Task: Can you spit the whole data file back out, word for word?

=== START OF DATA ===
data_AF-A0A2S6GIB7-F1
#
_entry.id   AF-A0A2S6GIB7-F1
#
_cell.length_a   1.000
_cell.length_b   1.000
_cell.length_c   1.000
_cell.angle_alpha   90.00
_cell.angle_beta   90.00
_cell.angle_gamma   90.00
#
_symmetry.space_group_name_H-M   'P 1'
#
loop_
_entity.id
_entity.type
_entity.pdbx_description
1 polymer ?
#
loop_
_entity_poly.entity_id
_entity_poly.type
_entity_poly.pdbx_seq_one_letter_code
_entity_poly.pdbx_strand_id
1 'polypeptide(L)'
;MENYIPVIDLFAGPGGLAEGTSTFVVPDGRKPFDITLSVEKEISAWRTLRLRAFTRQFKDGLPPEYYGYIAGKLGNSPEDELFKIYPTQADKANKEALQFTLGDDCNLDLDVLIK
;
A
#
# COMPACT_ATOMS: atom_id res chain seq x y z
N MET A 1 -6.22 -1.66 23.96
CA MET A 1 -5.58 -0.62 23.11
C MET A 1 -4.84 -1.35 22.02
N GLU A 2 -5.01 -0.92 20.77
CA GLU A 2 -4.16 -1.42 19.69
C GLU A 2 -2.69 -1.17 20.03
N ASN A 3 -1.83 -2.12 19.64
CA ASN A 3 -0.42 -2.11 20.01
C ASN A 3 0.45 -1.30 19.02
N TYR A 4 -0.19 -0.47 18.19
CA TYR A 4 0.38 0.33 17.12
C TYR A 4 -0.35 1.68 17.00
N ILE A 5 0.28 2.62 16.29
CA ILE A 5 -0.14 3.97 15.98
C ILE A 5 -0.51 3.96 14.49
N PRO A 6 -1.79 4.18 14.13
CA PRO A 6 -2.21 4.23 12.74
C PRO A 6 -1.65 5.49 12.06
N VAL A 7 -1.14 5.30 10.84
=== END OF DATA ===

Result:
data_AF-A0A2S6GIB7-F1
#
_entry.id   AF-A0A2S6GIB7-F1
#
_cell.length_a   1.000
_cell.length_b   1.000
_cell.length_c   1.000
_cell.angle_alpha   90.00
_cell.angle_beta   90.00
_cell.angle_gamma   90.00
#
_symmetry.space_group_name_H-M   'P 1'
#
loop_
_entity.id
_entity.type
_entity.pdbx_description
1 polymer ?
#
loop_
_entity_poly.entity_id
_entity_poly.type
_entity_poly.pdbx_seq_one_letter_code
_entity_poly.pdbx_strand_id
1 'polypeptide(L)'
;MENYIPVIDLFAGPGGLAEGTSTFVVPDGRKPFDITLSVEKEISAWRTLRLRAFTRQFKDGLPPEYYGYIAGKLGNSPEDELFKIYPTQADKANKEALQFTLGDDCNLDLDVLIK
;
A
#
# COMPACT_ATOMS: atom_id res chain seq x y z
N MET A 1 -6.22 -1.66 23.96
CA MET A 1 -5.58 -0.62 23.11
C MET A 1 -4.84 -1.35 22.02
N GLU A 2 -5.01 -0.92 20.77
CA GLU A 2 -4.16 -1.42 19.69
C GLU A 2 -2.69 -1.17 20.03
N ASN A 3 -1.83 -2.12 19.64
CA ASN A 3 -0.42 -2.11 20.01
C ASN A 3 0.45 -1.30 19.02
N TYR A 4 -0.19 -0.47 18.19
CA TYR A 4 0.38 0.33 17.12
C TYR A 4 -0.35 1.68 17.00
N ILE A 5 0.28 2.62 16.29
CA ILE A 5 -0.14 3.97 15.98
C ILE A 5 -0.51 3.96 14.49
N PRO A 6 -1.79 4.18 14.13
CA PRO A 6 -2.21 4.23 12.74
C PRO A 6 -1.65 5.49 12.06
N VAL A 7 -1.14 5.30 10.84